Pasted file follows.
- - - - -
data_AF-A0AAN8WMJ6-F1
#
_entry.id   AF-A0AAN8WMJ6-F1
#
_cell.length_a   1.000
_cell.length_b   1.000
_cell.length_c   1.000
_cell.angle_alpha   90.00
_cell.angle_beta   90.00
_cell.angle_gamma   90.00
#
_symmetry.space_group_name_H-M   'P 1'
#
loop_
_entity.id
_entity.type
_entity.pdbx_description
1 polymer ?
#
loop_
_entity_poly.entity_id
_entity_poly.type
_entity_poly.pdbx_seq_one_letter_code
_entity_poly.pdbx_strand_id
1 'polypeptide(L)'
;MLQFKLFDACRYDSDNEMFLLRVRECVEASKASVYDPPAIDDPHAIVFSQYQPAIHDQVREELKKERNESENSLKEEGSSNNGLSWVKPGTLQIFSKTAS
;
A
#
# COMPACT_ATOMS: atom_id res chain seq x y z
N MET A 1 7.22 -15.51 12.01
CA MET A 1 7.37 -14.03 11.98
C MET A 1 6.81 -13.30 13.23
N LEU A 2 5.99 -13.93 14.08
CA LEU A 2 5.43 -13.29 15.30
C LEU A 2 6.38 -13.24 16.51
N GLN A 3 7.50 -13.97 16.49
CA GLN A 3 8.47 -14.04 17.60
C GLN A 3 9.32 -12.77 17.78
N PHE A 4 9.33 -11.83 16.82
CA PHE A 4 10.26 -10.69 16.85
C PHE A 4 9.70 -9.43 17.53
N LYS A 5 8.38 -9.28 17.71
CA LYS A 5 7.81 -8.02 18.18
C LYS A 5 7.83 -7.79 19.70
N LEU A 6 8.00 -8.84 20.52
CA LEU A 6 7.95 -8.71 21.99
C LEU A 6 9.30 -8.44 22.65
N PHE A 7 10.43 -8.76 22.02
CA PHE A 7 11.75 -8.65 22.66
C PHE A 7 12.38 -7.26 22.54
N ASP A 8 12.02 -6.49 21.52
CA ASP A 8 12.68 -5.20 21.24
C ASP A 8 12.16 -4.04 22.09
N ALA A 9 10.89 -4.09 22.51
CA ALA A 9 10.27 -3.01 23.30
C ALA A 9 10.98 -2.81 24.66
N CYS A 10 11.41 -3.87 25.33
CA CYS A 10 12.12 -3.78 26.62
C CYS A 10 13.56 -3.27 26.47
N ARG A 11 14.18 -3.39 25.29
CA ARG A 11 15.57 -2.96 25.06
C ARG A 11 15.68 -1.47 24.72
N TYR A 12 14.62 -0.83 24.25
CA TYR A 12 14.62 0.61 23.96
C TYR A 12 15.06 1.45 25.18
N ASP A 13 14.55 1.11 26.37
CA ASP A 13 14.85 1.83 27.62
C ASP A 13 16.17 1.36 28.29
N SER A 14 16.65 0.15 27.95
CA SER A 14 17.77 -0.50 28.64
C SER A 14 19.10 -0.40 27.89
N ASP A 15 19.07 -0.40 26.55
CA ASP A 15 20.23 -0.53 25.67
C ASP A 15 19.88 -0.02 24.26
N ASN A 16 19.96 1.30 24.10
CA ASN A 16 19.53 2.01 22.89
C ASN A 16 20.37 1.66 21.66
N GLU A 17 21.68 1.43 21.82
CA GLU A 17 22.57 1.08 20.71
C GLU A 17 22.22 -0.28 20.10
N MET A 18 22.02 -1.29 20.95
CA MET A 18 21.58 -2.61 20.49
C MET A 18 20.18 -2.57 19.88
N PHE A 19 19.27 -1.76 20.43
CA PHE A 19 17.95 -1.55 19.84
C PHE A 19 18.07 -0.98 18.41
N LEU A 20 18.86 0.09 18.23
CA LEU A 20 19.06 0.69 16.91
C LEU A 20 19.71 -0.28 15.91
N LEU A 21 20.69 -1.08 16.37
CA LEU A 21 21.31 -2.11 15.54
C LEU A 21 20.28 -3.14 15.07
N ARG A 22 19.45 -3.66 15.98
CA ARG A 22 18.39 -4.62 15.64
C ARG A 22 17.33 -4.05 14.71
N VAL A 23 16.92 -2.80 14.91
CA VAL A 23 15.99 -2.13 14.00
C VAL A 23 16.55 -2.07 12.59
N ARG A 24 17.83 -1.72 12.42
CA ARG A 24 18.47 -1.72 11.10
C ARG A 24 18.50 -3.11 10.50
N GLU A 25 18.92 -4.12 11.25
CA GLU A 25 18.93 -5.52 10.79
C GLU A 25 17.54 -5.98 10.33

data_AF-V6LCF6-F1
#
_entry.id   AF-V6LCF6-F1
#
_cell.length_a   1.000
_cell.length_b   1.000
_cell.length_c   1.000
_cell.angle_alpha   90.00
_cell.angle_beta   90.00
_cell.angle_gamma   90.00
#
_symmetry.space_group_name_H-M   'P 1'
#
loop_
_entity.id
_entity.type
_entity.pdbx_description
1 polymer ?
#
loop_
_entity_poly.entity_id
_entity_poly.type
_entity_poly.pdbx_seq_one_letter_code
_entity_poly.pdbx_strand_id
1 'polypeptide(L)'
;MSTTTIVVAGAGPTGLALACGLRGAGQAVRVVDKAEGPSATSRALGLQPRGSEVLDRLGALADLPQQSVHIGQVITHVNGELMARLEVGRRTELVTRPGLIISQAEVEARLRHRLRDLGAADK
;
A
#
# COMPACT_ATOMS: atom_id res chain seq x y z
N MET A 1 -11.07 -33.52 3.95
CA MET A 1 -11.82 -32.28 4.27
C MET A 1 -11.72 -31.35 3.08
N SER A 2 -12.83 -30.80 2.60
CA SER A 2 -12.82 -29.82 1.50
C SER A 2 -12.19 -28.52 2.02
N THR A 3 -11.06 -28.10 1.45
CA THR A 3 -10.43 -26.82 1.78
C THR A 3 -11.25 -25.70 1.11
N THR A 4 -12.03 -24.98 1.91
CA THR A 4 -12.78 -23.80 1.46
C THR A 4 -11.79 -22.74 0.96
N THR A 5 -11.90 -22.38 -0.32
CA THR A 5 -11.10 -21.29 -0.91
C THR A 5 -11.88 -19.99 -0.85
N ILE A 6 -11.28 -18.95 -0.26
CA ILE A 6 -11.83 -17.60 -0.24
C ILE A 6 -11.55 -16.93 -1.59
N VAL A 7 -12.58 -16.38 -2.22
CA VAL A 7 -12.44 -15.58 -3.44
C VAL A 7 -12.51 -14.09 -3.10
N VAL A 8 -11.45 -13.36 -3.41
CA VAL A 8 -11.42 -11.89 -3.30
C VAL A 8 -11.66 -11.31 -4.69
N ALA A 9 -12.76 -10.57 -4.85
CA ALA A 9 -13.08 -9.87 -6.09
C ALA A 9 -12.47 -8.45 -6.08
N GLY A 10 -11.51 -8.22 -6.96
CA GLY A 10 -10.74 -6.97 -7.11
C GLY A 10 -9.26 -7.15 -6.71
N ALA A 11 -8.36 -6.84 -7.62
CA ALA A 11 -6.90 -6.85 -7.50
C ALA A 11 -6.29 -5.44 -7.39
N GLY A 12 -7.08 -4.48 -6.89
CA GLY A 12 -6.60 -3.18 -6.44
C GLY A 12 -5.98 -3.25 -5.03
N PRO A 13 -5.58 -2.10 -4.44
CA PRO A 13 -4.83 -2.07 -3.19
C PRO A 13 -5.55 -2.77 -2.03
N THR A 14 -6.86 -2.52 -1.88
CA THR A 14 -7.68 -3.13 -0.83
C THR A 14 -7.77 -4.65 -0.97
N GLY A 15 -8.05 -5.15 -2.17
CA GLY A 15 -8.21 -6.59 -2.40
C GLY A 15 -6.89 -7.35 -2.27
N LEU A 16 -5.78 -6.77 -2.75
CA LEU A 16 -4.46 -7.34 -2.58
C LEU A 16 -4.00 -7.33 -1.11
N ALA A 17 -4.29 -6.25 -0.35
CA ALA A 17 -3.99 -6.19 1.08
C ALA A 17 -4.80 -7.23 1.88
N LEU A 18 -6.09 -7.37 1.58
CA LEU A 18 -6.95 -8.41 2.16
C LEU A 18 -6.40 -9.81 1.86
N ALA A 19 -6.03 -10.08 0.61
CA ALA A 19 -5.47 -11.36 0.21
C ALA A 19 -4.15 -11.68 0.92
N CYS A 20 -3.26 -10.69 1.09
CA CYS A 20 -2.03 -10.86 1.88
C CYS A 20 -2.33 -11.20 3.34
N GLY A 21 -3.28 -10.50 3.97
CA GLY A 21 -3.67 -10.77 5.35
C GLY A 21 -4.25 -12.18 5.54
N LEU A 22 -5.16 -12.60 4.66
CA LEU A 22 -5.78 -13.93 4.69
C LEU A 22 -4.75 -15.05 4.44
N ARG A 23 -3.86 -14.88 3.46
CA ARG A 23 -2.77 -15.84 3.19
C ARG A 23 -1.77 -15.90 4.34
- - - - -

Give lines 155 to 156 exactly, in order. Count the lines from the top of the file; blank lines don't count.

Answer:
CA VAL A 7 -12.44 -15.58 -3.44
C VAL A 7 -12.51 -14.09 -3.10